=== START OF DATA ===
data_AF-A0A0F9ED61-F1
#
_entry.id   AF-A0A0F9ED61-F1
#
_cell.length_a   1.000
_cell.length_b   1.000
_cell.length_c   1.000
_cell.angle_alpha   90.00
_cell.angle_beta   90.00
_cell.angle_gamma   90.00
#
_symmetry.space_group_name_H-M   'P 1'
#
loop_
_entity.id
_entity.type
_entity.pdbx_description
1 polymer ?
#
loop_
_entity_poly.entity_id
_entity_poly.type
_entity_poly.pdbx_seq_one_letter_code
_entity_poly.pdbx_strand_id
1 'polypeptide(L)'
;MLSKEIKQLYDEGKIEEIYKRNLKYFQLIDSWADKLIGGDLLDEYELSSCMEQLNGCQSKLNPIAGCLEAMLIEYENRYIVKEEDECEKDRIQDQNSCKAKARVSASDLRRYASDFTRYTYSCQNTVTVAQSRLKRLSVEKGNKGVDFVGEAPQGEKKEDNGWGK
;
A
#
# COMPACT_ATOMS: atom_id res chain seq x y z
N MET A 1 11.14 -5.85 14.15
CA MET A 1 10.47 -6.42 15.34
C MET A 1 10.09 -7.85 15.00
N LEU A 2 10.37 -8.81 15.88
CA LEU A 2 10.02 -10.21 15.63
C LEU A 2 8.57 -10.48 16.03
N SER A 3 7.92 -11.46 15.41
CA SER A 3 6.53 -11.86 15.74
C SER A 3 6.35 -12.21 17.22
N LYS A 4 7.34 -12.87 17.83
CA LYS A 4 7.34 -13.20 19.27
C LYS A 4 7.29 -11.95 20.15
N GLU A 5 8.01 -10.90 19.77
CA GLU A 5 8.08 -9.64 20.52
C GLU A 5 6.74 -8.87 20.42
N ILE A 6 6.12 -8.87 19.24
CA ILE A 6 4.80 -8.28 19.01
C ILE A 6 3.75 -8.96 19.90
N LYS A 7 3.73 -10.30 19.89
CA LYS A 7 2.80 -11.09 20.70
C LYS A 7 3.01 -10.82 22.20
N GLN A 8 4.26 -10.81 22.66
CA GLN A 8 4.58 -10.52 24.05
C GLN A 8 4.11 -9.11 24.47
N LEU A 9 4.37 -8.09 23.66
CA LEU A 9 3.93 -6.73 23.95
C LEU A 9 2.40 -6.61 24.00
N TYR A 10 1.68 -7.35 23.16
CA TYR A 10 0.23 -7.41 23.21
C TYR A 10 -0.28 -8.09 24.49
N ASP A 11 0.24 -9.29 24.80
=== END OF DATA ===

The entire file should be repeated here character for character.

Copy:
data_AF-A0A0F9ED61-F1
#
_entry.id   AF-A0A0F9ED61-F1
#
_cell.length_a   1.000
_cell.length_b   1.000
_cell.length_c   1.000
_cell.angle_alpha   90.00
_cell.angle_beta   90.00
_cell.angle_gamma   90.00
#
_symmetry.space_group_name_H-M   'P 1'
#
loop_
_entity.id
_entity.type
_entity.pdbx_description
1 polymer ?
#
loop_
_entity_poly.entity_id
_entity_poly.type
_entity_poly.pdbx_seq_one_letter_code
_entity_poly.pdbx_strand_id
1 'polypeptide(L)'
;MLSKEIKQLYDEGKIEEIYKRNLKYFQLIDSWADKLIGGDLLDEYELSSCMEQLNGCQSKLNPIAGCLEAMLIEYENRYIVKEEDECEKDRIQDQNSCKAKARVSASDLRRYASDFTRYTYSCQNTVTVAQSRLKRLSVEKGNKGVDFVGEAPQGEKKEDNGWGK
;
A
#
# COMPACT_ATOMS: atom_id res chain seq x y z
N MET A 1 11.14 -5.85 14.15
CA MET A 1 10.47 -6.42 15.34
C MET A 1 10.09 -7.85 15.00
N LEU A 2 10.37 -8.81 15.88
CA LEU A 2 10.02 -10.21 15.63
C LEU A 2 8.57 -10.48 16.03
N SER A 3 7.92 -11.46 15.41
CA SER A 3 6.53 -11.86 15.74
C SER A 3 6.35 -12.21 17.22
N LYS A 4 7.34 -12.87 17.83
CA LYS A 4 7.34 -13.20 19.27
C LYS A 4 7.29 -11.95 20.15
N GLU A 5 8.01 -10.90 19.77
CA GLU A 5 8.08 -9.64 20.52
C GLU A 5 6.74 -8.87 20.42
N ILE A 6 6.12 -8.87 19.24
CA ILE A 6 4.80 -8.28 19.01
C ILE A 6 3.75 -8.96 19.90
N LYS A 7 3.73 -10.30 19.89
CA LYS A 7 2.80 -11.09 20.70
C LYS A 7 3.01 -10.82 22.20
N GLN A 8 4.26 -10.81 22.66
CA GLN A 8 4.58 -10.52 24.05
C GLN A 8 4.11 -9.11 24.47
N LEU A 9 4.37 -8.09 23.66
CA LEU A 9 3.93 -6.73 23.95
C LEU A 9 2.40 -6.61 24.00
N TYR A 10 1.68 -7.35 23.16
CA TYR A 10 0.23 -7.41 23.21
C TYR A 10 -0.28 -8.09 24.49
N ASP A 11 0.24 -9.29 24.80